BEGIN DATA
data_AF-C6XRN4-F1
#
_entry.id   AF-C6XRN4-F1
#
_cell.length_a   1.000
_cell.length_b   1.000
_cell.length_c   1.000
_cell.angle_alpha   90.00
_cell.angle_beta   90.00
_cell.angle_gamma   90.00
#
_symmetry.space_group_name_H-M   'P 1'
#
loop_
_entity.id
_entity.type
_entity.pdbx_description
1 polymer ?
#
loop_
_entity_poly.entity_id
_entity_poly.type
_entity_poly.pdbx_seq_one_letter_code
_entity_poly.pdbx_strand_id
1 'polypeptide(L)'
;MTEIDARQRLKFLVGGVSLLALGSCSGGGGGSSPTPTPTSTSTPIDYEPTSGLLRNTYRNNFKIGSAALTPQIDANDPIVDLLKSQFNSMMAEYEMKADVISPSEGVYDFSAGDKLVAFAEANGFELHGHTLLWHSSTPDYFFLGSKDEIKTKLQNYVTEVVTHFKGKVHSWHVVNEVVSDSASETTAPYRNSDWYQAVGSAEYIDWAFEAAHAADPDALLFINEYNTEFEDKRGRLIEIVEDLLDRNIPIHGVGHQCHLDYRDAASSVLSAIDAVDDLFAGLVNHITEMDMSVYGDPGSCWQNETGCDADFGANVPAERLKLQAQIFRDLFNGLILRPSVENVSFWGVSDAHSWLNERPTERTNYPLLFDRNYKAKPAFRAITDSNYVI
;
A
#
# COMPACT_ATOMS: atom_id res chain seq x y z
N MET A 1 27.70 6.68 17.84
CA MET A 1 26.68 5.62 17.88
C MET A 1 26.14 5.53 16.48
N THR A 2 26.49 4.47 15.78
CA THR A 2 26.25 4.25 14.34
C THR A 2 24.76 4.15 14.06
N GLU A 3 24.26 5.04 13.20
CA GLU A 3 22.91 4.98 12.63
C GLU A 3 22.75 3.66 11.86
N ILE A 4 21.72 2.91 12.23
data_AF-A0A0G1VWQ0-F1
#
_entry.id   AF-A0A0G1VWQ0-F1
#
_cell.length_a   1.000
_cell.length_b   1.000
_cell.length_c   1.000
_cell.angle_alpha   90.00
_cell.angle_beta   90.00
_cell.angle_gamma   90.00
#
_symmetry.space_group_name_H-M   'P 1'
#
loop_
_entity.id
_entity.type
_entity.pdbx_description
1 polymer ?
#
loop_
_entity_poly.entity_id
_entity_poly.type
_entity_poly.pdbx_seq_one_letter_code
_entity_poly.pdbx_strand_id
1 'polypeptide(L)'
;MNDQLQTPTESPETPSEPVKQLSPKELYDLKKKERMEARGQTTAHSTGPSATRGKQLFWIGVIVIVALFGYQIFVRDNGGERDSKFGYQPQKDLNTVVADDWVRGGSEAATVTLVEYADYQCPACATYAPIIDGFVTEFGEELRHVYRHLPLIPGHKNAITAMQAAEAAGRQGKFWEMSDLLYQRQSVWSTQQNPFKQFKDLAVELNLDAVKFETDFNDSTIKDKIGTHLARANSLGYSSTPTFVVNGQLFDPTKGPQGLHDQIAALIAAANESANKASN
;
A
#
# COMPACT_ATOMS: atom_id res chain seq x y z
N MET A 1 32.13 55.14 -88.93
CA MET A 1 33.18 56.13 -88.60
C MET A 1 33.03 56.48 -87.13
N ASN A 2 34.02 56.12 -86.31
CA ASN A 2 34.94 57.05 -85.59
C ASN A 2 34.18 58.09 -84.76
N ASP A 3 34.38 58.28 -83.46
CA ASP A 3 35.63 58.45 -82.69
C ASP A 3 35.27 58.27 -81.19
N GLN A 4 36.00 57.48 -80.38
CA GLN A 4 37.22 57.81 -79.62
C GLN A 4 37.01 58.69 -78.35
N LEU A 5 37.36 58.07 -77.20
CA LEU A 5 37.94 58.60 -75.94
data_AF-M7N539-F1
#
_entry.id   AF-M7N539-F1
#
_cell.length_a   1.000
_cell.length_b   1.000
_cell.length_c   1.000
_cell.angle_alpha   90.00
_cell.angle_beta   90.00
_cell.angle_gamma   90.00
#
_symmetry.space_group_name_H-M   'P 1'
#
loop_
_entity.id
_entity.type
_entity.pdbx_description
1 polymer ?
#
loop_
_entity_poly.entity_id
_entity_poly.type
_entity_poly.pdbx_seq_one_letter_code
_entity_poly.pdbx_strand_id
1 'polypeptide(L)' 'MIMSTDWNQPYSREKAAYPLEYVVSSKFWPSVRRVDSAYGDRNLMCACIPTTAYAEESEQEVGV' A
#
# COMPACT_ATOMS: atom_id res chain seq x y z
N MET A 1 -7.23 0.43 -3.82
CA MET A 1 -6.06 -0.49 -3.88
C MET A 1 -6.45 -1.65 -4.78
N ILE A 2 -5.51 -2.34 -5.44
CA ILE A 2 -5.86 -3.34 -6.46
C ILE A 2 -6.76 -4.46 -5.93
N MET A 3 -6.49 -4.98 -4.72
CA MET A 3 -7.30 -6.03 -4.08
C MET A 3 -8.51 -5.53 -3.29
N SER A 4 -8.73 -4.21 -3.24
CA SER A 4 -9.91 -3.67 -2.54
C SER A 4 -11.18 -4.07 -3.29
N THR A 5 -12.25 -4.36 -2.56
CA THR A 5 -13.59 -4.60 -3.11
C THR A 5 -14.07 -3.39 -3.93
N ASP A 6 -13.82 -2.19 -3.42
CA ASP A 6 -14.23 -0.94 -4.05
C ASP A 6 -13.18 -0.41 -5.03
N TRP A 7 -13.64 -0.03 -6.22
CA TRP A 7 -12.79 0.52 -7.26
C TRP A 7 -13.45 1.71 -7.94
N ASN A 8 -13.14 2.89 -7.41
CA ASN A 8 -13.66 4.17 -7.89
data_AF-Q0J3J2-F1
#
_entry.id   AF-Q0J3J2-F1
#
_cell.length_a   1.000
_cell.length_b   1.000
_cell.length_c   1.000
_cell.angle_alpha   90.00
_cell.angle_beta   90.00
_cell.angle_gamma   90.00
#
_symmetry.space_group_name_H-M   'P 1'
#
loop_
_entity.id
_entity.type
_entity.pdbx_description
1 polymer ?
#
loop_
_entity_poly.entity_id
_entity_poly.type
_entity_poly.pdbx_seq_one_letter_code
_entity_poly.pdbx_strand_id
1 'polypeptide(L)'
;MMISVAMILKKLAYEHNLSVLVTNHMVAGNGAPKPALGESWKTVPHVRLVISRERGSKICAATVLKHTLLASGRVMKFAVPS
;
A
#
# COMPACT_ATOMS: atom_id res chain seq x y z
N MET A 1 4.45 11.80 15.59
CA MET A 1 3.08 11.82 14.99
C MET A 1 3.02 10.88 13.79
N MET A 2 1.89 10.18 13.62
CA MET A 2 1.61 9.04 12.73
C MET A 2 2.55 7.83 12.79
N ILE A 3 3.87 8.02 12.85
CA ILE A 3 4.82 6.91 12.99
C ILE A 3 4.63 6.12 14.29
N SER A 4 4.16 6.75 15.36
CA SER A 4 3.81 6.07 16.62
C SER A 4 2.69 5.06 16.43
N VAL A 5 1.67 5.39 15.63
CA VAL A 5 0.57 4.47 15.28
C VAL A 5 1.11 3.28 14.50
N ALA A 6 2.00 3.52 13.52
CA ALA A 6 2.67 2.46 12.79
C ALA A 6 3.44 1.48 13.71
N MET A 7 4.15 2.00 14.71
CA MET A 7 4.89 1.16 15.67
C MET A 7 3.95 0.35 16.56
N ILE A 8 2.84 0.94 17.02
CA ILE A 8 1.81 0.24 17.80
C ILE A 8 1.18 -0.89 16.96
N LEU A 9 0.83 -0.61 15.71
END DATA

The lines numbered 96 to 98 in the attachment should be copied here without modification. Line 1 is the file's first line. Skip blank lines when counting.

_symmetry.space_group_name_H-M   'P 1'
#
loop_